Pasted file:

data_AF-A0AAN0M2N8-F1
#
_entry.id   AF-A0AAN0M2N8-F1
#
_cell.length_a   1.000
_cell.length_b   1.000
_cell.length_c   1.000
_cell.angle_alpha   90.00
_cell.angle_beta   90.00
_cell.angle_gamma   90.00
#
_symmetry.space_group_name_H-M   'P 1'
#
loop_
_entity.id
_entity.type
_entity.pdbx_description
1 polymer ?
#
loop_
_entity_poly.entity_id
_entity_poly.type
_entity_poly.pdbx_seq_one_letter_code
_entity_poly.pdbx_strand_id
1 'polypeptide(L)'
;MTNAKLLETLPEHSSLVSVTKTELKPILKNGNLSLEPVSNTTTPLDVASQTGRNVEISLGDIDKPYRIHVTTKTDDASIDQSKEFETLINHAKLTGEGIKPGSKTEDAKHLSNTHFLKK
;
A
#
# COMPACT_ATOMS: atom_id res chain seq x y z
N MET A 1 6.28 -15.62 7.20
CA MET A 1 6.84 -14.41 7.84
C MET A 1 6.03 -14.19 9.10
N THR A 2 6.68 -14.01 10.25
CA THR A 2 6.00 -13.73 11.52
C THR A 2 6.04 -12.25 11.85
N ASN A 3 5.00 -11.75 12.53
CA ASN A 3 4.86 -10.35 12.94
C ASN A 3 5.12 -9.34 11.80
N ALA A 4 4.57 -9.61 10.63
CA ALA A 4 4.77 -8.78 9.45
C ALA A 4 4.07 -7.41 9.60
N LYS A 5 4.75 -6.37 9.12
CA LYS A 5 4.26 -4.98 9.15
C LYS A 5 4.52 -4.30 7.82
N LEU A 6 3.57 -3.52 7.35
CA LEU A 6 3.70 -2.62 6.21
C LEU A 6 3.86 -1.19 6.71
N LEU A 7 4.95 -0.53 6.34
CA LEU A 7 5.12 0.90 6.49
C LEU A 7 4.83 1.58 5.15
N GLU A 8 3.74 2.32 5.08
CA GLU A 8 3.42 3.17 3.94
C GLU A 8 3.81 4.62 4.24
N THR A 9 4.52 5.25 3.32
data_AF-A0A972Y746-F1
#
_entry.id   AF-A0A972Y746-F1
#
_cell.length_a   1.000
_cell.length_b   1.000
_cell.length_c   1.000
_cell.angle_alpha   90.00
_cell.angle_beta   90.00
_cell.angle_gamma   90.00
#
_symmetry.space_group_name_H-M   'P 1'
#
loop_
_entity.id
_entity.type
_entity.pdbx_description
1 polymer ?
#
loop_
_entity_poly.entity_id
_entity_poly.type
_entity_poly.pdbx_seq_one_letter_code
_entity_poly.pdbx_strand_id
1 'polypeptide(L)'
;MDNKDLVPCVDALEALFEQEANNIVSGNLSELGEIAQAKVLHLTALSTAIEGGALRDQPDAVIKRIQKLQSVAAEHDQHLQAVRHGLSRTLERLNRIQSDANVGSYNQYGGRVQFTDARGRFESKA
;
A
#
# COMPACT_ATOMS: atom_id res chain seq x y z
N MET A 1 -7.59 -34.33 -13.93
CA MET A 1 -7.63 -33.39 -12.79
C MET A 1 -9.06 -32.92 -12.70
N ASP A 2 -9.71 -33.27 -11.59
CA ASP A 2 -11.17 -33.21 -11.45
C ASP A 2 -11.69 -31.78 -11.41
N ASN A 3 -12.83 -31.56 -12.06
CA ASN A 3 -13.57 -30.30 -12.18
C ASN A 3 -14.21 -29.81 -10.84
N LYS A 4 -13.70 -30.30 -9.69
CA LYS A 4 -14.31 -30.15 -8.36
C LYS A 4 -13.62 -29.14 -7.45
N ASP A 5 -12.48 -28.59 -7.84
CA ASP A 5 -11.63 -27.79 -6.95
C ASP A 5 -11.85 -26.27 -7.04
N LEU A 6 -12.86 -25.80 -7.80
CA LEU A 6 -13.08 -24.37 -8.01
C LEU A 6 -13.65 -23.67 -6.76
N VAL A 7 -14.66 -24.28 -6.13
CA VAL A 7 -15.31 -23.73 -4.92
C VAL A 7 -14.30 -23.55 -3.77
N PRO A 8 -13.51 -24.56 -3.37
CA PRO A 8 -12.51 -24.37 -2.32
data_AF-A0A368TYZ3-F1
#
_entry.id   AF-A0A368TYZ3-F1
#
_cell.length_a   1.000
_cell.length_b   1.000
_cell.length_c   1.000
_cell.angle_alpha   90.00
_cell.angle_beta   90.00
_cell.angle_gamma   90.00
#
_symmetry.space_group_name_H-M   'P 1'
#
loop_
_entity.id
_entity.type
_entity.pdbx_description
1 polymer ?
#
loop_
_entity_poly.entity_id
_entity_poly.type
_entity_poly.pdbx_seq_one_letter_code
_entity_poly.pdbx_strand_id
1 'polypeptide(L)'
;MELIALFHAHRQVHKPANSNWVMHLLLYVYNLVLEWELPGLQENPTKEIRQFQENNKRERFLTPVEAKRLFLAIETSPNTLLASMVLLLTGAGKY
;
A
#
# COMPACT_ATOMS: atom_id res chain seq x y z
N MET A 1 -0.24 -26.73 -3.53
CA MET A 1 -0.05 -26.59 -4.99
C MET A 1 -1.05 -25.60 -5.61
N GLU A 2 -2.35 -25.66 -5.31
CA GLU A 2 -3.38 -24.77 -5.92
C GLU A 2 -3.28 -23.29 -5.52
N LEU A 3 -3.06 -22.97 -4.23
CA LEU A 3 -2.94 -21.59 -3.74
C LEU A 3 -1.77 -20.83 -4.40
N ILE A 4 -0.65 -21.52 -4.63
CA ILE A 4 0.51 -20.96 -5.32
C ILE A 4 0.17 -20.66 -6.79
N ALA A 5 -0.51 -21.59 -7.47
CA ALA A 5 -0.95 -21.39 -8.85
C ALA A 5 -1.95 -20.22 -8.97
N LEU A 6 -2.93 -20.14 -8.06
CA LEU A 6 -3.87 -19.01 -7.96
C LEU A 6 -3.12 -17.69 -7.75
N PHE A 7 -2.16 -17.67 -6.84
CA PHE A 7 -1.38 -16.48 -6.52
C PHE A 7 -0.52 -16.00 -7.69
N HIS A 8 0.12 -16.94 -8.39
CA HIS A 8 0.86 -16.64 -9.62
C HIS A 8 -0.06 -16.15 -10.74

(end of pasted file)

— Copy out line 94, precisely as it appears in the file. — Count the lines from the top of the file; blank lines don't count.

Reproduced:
C ASN A 3 -14.21 -29.81 -10.84